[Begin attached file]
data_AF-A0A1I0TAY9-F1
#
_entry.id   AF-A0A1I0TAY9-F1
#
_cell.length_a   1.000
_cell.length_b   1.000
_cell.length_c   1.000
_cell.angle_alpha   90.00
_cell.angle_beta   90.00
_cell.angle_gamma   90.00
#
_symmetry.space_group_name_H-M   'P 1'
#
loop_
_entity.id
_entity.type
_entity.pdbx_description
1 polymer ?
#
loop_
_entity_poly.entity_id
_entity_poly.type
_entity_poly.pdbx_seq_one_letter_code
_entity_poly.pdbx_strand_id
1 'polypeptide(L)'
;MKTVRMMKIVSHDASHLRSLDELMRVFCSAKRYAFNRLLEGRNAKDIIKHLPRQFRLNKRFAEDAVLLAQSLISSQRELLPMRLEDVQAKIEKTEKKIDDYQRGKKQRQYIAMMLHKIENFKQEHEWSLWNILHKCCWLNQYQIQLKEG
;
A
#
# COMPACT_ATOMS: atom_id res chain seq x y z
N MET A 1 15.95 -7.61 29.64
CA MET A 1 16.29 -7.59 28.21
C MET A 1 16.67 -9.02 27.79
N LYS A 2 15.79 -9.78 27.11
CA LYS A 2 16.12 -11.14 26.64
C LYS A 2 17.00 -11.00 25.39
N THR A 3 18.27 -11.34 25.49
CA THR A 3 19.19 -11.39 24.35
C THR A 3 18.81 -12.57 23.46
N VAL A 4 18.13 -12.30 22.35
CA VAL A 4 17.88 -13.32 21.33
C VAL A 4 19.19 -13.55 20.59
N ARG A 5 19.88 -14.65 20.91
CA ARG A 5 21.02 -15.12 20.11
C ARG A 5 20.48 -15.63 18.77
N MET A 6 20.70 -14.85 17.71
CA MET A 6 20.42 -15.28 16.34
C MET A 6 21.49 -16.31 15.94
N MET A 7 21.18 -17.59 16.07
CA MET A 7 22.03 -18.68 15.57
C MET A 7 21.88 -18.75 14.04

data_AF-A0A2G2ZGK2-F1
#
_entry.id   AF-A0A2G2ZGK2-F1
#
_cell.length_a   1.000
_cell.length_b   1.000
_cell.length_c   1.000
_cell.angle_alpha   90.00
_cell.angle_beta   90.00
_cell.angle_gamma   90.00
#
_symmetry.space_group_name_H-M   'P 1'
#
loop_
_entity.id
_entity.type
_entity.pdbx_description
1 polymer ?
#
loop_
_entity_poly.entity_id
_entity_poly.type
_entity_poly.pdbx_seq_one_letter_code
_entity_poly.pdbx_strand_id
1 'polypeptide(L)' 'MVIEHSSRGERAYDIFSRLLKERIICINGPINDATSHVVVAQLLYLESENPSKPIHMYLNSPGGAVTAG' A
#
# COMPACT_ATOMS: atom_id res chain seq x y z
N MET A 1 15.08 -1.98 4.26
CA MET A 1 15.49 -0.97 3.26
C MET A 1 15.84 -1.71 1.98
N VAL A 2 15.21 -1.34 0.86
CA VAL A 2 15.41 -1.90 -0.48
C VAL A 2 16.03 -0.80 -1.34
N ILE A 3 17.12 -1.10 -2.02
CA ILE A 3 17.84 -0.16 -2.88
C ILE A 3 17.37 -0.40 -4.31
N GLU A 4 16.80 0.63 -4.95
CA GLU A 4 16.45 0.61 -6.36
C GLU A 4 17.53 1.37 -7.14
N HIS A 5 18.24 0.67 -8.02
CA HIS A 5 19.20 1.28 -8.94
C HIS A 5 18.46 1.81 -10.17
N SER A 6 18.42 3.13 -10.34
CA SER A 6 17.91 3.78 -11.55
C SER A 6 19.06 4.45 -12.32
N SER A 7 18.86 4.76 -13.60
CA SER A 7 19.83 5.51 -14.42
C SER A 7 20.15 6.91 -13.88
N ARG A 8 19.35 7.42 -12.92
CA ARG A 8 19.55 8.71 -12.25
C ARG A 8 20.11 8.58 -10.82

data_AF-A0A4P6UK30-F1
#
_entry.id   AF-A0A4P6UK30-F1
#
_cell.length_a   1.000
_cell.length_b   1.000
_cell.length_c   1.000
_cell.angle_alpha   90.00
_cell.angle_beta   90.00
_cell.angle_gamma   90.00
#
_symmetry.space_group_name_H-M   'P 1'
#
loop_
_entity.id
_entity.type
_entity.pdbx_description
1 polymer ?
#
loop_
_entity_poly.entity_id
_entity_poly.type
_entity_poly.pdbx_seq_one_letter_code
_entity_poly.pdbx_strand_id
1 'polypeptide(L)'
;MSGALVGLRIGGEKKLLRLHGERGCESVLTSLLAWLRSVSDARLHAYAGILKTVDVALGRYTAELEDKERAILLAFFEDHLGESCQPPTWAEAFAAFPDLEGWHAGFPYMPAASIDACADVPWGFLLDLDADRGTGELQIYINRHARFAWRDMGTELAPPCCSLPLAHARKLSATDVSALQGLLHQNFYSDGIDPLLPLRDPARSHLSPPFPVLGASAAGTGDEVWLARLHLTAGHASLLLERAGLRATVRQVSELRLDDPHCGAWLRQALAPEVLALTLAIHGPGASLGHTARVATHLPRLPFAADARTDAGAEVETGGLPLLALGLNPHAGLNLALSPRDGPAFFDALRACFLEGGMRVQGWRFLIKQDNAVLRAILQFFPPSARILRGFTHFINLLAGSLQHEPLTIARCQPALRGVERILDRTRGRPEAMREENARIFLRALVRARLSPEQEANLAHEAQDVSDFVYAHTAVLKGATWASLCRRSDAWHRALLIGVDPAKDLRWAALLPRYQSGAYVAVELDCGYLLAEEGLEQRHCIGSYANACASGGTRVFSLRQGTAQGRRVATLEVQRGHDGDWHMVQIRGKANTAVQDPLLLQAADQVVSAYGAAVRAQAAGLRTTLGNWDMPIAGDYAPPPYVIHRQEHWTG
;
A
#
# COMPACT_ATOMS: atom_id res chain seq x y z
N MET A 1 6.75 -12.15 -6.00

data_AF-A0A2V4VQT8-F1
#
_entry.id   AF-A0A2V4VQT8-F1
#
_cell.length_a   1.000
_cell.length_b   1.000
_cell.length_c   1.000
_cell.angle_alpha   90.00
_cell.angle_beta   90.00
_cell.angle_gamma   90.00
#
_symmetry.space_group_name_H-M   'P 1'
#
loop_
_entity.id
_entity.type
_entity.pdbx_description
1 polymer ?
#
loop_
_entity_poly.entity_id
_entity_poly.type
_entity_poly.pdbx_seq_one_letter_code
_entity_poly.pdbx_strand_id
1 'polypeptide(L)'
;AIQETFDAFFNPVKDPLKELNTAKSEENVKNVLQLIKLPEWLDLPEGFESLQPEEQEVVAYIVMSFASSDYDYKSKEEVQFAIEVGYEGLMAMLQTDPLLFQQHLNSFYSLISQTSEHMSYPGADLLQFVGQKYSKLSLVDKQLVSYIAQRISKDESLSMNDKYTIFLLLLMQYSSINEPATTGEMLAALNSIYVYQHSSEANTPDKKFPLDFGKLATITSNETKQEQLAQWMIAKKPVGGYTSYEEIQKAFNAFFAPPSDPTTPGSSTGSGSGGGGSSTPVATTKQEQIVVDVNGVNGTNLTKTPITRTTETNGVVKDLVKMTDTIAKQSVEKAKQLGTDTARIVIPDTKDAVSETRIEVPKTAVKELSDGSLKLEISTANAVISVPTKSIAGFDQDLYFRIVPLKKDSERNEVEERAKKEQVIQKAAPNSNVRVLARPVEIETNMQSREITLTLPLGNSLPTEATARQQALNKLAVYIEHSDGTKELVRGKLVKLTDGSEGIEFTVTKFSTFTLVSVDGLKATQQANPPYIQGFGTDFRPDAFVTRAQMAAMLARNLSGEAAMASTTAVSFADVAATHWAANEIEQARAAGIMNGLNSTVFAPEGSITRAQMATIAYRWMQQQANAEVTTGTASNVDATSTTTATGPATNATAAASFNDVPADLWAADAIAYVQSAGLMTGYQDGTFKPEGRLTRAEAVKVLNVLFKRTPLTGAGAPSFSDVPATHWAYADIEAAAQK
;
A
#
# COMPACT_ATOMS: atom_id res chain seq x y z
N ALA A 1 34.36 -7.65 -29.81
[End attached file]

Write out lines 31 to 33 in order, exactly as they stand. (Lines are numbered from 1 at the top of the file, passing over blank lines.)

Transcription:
N MET A 1 15.95 -7.61 29.64
CA MET A 1 16.29 -7.59 28.21
C MET A 1 16.67 -9.02 27.79